The opinion of the court was delivered by: Richard W. Roberts United States District Judge
MEMORANDUM OPINION AND ORDER
Plaintiff Jerry Hill filed this complaint under the Age Discrimination in Employment Act ("ADEA"), 29 U.S.C. § 633a et. seq, against the Secretary of the Department of Homeland Security ("DHS"), the parent organization of his former employer, the Transportation Security Administration ("TSA"), alleging that the TSA terminated his employment based on his age in 2007. The DHS has moved to dismiss for improper venue or to transfer the complaint to the Eastern District of Virginia or to the District of Oregon. Because venue is improper here but would be proper in the District of Oregon, the defendant's motion will be granted in part and the case will be transferred to the District of Oregon.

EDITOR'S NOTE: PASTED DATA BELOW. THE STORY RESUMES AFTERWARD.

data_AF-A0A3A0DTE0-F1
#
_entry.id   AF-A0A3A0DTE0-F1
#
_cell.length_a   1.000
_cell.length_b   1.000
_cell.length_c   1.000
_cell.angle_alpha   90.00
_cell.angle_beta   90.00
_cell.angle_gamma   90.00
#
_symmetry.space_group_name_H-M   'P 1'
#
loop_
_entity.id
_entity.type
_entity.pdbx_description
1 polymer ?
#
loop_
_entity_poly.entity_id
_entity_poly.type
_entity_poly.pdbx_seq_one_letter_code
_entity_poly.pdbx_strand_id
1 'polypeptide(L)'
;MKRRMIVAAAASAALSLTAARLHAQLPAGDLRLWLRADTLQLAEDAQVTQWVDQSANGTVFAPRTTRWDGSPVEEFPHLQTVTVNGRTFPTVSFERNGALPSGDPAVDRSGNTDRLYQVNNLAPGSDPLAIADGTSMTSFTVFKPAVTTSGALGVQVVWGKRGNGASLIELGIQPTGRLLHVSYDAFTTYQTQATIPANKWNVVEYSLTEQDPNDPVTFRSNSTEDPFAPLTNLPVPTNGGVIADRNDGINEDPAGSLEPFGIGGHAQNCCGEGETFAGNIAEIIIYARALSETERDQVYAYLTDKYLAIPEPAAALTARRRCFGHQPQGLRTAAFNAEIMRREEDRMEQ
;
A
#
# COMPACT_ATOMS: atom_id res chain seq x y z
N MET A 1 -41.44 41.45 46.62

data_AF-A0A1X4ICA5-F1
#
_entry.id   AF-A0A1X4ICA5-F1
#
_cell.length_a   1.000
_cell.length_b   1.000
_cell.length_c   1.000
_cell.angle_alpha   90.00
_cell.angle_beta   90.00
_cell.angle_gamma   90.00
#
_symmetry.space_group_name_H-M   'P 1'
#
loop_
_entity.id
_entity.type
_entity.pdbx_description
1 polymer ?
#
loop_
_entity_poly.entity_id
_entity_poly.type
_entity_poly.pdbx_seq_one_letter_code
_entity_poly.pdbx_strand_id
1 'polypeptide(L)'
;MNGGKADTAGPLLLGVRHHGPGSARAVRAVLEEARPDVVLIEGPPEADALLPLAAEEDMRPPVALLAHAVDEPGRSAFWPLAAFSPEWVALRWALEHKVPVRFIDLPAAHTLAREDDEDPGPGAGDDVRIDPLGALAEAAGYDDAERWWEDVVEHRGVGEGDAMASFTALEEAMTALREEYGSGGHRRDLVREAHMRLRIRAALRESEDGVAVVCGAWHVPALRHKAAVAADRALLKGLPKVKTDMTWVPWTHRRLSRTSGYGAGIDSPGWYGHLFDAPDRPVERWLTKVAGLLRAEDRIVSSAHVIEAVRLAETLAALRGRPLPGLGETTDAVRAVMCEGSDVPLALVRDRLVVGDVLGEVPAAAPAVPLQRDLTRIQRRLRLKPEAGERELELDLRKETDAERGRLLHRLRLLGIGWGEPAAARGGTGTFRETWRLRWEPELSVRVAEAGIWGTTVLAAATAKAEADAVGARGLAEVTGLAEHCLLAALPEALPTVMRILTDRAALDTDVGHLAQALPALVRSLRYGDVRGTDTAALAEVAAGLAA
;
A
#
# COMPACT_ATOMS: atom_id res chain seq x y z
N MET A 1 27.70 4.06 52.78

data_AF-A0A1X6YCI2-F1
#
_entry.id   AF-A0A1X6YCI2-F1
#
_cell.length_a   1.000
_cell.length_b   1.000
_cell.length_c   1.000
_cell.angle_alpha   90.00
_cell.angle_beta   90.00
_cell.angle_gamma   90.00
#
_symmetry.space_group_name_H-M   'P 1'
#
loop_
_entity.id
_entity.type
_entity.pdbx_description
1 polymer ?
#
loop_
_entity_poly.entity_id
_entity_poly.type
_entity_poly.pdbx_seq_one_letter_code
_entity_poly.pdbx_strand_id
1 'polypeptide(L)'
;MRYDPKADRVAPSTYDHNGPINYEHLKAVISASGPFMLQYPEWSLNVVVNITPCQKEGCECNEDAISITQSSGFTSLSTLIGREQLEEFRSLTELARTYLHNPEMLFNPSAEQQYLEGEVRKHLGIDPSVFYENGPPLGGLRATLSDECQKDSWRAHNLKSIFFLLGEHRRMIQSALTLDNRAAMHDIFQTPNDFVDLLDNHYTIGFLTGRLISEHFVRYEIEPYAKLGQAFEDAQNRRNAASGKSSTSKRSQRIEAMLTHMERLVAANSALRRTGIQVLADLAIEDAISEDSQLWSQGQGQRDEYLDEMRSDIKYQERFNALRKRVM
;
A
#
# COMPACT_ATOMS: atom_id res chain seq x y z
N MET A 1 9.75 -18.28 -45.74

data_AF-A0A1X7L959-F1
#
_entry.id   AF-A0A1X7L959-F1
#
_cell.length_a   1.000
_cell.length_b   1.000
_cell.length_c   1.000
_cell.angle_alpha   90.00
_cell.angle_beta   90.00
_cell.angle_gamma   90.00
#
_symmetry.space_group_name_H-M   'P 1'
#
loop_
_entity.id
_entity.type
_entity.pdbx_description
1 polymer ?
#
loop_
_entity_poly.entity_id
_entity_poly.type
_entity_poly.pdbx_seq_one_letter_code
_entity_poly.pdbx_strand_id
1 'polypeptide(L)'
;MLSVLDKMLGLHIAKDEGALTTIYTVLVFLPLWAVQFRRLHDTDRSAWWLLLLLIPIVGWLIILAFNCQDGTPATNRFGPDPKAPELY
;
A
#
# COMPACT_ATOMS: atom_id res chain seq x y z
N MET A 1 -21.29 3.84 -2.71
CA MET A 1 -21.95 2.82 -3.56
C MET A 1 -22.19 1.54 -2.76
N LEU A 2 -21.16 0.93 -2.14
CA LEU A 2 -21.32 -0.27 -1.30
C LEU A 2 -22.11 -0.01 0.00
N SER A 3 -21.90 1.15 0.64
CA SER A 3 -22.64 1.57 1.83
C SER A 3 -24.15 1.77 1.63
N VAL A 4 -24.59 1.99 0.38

Hill, who currently resides in Portland, Oregon, alleges the following facts. He was employed by TSA from November 2004 to November 2007 as an Assistant Federal Security Director for Law Enforcement at Portland International Airport in Portland, Oregon. When he was hired, Hill was over 40 years of age. (Compl. ¶¶ 4-7). TSA categorized Hill as a "rehired annuitant" with a "dual compensation waiver," meaning that Hill had previously retired from federal service and was drawing a pension from that service in addition to his full salary from TSA. (Id. ¶ 7; Def.'s Mem. of P. and A. in Supp. of Mot. to Dismiss ("Def.'s Mem.") at 2.) In 2005, TSA's Assistant Administrator declared in a meeting that occurred at TSA's headquarters in Arlington, Virginia that she opposed renewing dual compensation waivers because she preferred providing advancement opportunities to younger employees. She told Hill's colleague that "you guys would have to step aside so that younger people could move up." (Compl. ¶ 8.) In 2006, Mike Restovich, TSA's Assistant Administrator for Security Operations stated in a meeting that occurred in St. Louis, Missouri, that TSA needed to rid itself of "this type of leadership," and made several derogatory comments about the age of the agency's upper-level management, including referring to them as "old, white and pathetic" and "old, white and gray haired." (Id. ¶¶ 9-12.) Later in 2006, TSA's Executive Resource Council, a body that Hill asserts is influenced by Restovich, determined that it was not in the best interests of the agency to continue to allow rehired annuitants to receive a dual compensation waiver. Hill alleges that this decision was made solely or in part based on the age of the reemployed annuitants. (Id. ¶ 13.) In 2007, Hill was terminated as the Assistant Federal Security Director for Law Enforcement at Portland International Airport. He alleges that he was terminated because of his age. (Id. ¶¶ 16-17.)